The Depot and 48HOURS presents:
Instructional Objects under the Silver Moonlight
Opening Friday 7th March, 6-9pm
Then Saturday 8th & Sunday 9th ONLY, 12-6pm
38 Upper Clapton Road, London, E5 8BQ
As if an oracular folk tale had fallen off its long-told path, engulfed by a tsunami that swallowed up both its maidens and men, this exhibition leaves only the peculiar detritus of a previous life: a post-apocalyptic landscape lit by the shimmering (and black-eyed) face of the moon. Under its glow, matter that once would have been seen to have no mind awakens. And as Alchemy would predict, an after-life begins.
Emerging from Romanticism, of natural phenomena, Maurice’s more recent work on view in this solo exhibition at the Depot, mischievously borrows from histories of magic, mythology, spiritualism and the occult. Hijacking the mythological meaning of infusing the lifeless with life. He reanimates the conventionally two-dimensional cartoon strip, extracting characters from its sanitised white pages and solidifying them within the physical space of the viewer.
The exhibition seems to ask: when does a cartoon stop being a cartoon? As flat surfaces become more sculptural with Maurice’s use of found fabrics, and lines that were once crisp become painterly, the buoyant boundaries of Comic Abstraction, to which the work belongs, spring further from the comic book frame. Like certain other practitioners of this genre working in three-dimensional forms, including Lucas Dillon and Murray O’Grady, Maurice questions the very medium and status of cartoon as a sub-art.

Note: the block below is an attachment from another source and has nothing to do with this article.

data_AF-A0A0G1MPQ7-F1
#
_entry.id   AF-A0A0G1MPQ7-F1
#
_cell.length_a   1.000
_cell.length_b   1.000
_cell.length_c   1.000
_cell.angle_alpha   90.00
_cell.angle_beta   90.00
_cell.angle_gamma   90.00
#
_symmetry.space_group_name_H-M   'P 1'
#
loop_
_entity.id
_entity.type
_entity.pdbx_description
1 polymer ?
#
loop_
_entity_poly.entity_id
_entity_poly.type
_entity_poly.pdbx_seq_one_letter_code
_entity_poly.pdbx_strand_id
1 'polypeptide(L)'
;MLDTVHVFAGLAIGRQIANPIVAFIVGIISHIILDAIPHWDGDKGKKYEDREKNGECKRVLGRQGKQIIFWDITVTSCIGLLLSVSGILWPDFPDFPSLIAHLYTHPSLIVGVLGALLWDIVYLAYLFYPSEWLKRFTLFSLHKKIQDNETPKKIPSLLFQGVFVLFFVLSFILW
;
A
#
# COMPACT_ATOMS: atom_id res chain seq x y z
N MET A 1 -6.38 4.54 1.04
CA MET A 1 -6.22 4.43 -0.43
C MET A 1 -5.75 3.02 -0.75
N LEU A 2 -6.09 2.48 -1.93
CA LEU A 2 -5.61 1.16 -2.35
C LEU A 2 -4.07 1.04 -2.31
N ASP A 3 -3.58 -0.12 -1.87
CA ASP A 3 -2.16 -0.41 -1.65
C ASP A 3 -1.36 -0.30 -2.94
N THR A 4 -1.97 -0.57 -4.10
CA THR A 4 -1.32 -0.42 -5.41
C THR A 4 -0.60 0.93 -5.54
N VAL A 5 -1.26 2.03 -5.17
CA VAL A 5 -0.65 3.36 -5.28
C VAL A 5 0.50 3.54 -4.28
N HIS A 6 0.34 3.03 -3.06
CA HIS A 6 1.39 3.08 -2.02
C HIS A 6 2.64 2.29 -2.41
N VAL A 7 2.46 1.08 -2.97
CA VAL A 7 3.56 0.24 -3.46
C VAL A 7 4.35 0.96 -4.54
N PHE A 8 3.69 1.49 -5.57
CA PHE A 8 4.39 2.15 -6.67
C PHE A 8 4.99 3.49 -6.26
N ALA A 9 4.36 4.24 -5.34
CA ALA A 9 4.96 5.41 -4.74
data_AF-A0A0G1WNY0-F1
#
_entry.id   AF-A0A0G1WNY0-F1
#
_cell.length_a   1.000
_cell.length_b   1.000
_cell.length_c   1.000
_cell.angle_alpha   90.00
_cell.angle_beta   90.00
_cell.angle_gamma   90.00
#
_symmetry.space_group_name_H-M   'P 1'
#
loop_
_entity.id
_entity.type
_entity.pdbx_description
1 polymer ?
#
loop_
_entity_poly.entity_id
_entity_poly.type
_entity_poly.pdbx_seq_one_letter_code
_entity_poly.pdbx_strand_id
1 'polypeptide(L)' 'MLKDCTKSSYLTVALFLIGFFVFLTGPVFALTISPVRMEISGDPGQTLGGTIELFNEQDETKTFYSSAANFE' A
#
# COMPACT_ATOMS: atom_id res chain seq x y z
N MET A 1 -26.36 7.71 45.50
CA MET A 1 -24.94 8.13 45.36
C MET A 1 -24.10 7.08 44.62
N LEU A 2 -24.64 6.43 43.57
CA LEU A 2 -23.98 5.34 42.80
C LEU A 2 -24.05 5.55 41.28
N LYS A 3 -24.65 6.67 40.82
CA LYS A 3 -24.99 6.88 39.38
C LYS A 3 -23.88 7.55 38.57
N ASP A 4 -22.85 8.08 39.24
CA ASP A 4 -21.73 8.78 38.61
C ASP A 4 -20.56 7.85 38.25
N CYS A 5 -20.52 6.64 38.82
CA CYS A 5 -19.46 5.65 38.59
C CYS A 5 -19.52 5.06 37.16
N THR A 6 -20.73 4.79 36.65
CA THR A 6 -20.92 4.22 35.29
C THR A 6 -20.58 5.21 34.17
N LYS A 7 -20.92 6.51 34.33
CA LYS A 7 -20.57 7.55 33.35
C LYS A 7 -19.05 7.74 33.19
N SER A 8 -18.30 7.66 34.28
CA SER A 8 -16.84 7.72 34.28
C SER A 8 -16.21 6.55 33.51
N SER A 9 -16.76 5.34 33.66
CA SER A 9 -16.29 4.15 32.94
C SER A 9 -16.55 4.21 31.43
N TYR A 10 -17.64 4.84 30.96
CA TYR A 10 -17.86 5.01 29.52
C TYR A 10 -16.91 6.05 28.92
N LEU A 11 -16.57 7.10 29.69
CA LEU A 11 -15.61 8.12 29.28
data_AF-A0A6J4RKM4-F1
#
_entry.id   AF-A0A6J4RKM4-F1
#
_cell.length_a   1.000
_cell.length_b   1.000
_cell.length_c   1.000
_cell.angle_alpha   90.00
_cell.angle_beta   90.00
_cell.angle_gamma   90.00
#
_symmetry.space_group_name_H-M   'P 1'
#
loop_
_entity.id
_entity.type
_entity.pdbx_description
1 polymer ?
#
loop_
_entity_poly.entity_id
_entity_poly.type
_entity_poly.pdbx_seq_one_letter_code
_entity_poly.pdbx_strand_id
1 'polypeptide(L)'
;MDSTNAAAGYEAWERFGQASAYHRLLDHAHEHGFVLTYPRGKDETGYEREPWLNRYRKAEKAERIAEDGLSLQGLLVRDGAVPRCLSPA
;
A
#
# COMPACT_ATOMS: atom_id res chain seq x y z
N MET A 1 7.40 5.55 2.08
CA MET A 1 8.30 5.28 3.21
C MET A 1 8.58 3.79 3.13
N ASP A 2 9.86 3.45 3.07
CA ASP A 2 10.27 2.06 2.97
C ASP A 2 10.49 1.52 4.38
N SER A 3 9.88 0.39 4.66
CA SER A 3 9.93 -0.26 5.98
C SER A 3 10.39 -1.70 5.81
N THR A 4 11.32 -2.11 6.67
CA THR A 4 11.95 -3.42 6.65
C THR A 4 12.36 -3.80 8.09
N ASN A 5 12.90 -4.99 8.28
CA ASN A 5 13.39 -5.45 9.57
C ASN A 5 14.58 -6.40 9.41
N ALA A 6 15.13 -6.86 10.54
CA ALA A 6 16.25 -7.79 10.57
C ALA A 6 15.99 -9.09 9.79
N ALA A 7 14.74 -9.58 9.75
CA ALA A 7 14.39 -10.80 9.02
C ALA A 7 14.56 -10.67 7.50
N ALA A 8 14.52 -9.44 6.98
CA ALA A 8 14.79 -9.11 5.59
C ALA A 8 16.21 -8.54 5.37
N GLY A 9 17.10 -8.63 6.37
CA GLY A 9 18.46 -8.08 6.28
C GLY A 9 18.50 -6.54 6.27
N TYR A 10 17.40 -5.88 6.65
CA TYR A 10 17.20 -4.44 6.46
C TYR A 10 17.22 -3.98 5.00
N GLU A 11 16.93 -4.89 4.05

Perhaps satirically, then, he uses ragged materials, old bed sheets and linen offcuts rather than the clean canvases traditionally favoured for the creation of “high” art: more hobo than highbrow, for which the pilgrim’s bindle will vouch. But what might seem like a slippery slope towards Pop art, is in fact a continuation of the alchemical and pan-psychic theme of birth, death and rebirth that preoccupies Maurice’s current art practice. The Comic, though, retains some tongue in cheek.
Like the ridiculousness of the Futurist running sausage dog by Giacomo Balla, whose countless limbs “snap-catch” the little creature in mid-motion, Maurice’s Infinity Dog presents a splayed array of heads as a smear frame would in cartoon imagery, while interlacing occult symbolism into his own pictorial vernacular of cartoon animation: the interwoven body of the dog appropriates the infinity sigil that summons life cycles as in the Emerald Text of Alchemy.
And if all that alchemy seems too esoteric, it doesn’t really matter because, after all, when the sun rises everything returns to normal.
In association with Galleries Goldstein (GAG)
48HOURS is a series of weekend long shows curated by Suzannah Pettigrew.